But, boy was I wrong about what that course was about. The first day of class the professor handed each of us a sheet of paper with various facial features for us to cut and paste into a portrait of who we thought Jesus was. Dr. Wolff presented Jesus in the varying Christian gospels, from readings from other faiths, and through all sorts of secular literature and movies where we looked for the Christ figure. He did not tell us what to think though I knew for a fact he attended a Lutheran church close to campus. Surprise, surprise, but at the end of the course I still thought Jesus was the guy I was taught he was while growing up, even though a bit grittier and more nuanced.

Our church is revisiting the Listening for God story series and this time Sherman is taking turns teaching the course with the woman who originally taught it back in the 90s. Sadly, since I sing in choir now I can’t attend most classes, but I’m still re-reading the stories so I can work with him as he ponders the coursework.

What I realize is that these stories are much darker to me now than they were the first time around. I and the world have changed. I see depths I could not see then—I am not quite the sunny optimist I must have been years ago. Is this part of the natural process of aging or have my own life experiences dimmed my ability to read with a more objective eye?

Frederick Buechner’s words in “The Dwarves in the Stable,” an excerpt from his autobiographical Telling Secrets hit me hard, especially now that they were so personal to me. In it he discussed a time in his life when his daughter was dangerously anorexic and how trapped he felt in his fear. He compared himself to C. S. Lewis’ dwarves who cannot accept the food and drink offered by the lion Aslan (of the Chronicles of Narnia) because they are so afraid that they cannot see love when it is offered.

“Perfect love casteth out fear,” John writes (1 John 4:18), and the other side of that is that fear like mine casteth out love, even God’s love. The love I had for my daughter was lost in the anxiety I had for my daughter.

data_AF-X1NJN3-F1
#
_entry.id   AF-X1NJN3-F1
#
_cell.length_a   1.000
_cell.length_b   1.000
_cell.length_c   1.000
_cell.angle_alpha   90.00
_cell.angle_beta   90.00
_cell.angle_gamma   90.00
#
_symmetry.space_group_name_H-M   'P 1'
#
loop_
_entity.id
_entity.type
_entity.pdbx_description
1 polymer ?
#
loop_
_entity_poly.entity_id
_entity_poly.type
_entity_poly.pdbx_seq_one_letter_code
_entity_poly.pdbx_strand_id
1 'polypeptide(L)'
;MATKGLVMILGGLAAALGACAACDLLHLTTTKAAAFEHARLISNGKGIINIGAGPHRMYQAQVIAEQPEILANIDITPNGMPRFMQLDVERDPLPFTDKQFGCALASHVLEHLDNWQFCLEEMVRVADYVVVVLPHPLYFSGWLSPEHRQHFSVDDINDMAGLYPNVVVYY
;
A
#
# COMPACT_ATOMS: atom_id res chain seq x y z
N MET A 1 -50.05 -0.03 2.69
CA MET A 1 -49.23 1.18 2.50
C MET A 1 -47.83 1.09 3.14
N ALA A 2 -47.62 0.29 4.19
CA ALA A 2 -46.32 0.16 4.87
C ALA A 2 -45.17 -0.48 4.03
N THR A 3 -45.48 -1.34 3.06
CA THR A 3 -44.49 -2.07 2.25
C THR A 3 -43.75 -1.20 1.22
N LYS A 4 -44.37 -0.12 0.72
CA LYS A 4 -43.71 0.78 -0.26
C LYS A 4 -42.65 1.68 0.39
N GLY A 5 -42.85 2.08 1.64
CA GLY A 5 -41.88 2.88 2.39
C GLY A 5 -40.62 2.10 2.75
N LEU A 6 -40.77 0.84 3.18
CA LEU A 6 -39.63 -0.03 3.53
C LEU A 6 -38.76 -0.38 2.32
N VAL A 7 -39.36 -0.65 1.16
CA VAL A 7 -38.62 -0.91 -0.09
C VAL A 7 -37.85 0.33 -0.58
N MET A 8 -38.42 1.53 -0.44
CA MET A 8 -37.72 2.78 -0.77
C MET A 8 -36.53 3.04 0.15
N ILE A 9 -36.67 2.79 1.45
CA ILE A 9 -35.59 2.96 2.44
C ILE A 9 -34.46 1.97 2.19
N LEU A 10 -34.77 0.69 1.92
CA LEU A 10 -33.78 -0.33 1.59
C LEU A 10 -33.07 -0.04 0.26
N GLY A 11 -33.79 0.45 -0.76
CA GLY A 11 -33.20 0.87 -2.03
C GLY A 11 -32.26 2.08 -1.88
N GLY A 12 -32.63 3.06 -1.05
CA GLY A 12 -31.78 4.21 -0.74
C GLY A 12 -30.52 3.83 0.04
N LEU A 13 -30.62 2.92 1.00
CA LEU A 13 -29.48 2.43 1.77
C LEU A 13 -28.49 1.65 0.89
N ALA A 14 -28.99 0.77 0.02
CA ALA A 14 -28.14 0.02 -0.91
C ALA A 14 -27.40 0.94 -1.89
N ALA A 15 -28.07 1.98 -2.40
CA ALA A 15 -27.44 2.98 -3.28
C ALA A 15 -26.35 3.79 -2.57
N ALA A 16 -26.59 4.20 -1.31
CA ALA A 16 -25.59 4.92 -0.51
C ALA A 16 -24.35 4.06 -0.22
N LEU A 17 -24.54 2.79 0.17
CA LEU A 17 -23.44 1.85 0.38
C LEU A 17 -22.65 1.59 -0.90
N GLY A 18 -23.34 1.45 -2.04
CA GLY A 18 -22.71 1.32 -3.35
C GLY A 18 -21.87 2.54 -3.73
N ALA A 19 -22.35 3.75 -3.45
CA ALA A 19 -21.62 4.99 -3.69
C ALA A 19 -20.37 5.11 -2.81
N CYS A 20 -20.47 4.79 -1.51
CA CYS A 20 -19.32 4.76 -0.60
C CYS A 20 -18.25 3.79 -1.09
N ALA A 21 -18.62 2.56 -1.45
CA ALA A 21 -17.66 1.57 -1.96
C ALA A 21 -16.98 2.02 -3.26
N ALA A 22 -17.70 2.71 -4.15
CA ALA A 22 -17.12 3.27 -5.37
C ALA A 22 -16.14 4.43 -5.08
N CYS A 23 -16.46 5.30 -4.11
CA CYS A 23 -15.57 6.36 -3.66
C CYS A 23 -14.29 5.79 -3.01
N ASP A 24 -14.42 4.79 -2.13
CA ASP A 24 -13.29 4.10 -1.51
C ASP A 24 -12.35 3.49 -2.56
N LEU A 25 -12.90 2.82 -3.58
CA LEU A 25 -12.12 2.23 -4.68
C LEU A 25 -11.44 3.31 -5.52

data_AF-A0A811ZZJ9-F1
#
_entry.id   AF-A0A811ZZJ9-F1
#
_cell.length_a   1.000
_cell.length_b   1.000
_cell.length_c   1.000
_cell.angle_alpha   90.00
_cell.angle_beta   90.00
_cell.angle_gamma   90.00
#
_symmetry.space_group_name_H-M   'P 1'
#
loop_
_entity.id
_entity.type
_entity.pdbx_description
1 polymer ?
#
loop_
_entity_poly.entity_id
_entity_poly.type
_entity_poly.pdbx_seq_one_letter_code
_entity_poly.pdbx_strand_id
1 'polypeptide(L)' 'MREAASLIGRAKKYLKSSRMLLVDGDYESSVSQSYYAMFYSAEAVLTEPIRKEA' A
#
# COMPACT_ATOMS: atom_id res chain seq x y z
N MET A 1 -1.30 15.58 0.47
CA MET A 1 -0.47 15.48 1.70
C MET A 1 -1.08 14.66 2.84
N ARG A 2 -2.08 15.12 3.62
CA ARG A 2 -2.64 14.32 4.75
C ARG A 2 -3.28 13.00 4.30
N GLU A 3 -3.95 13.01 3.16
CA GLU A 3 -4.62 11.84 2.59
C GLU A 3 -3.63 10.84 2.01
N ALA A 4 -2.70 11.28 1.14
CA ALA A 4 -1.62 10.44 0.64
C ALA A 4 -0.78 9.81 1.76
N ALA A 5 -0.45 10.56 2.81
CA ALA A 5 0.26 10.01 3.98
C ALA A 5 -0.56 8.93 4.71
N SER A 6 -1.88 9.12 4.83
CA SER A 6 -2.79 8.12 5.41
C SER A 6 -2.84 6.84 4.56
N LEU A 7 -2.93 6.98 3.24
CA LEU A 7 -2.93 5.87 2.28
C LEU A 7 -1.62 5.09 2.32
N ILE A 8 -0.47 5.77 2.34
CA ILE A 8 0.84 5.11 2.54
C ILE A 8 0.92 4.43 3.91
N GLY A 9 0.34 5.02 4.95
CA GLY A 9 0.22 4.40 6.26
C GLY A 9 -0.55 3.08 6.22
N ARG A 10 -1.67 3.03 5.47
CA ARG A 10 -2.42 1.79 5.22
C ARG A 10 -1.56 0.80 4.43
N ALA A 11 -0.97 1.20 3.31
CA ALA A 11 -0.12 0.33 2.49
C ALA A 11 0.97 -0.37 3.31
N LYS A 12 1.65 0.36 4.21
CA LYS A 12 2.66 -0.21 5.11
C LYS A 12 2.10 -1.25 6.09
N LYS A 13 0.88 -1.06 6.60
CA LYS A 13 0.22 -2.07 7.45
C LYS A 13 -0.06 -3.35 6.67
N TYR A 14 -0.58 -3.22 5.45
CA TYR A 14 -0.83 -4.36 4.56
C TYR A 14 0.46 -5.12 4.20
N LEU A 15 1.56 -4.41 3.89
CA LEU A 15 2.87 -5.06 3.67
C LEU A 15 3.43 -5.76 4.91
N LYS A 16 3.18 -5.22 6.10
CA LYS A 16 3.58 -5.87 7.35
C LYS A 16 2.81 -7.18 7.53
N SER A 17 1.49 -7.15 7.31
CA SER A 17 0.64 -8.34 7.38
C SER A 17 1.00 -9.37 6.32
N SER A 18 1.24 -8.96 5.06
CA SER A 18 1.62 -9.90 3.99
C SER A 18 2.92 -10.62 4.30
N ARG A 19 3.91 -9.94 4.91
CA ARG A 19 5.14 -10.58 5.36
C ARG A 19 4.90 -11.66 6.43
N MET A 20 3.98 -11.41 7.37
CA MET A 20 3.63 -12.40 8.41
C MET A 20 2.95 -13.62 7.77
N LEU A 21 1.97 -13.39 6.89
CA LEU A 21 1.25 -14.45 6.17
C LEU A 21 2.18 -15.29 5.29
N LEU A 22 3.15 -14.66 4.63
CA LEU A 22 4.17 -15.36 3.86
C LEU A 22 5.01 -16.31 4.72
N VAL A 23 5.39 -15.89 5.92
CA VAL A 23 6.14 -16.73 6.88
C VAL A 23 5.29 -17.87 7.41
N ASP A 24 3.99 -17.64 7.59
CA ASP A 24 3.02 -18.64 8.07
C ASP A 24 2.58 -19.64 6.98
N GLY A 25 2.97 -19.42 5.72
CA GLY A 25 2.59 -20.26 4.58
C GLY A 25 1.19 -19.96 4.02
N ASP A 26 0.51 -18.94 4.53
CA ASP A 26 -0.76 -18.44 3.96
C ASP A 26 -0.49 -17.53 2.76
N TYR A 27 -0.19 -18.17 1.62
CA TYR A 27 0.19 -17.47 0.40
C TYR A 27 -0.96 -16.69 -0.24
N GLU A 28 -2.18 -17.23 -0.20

This time I really got what he meant when he stated, “My story is important not because it is mine, God knows, but because if I tell it anything like right, chances are you will recognize that in many ways it is also yours.” Maybe it was the daughter part—which I now understand to my core having lived something similar—but somehow in earlier days I hadn’t connected with how fear—of anything—drives out God’s love. Maybe all fear for me pales compared to the fear for a loved one’s life.

Oh, the darkness was always in the stories but now I know fear much more personally. Unlike Buechner, though, apparently I have not done enough of the hard work of putting aside my fear in order to receive the love freely given to me.

That God’s love is greater than fear and darkness is a lesson I seem to have forgotten. As I once read those stories from a place of innocence and light, my bigger task now seems to be re-learning to see the light that is also in all those stories—and all around me.

Fear not, indeed. And so I renew my search for light—and continue listening for God.

(c) 2012 Sherman Lambert

(c) 2012 Sherman Lambert

Just stop calling—now! With four registered voters at our address—and a land line—we just can’t get enough election phone calls. Of course, I don’t answer, but so many of these people feel compelled to leave detailed messages. Please note that while I wrote this, I have had at least four messages to erase. Lucky me—I just keep getting more examples of what people shouldn’t say to try to convince me what to believe and do.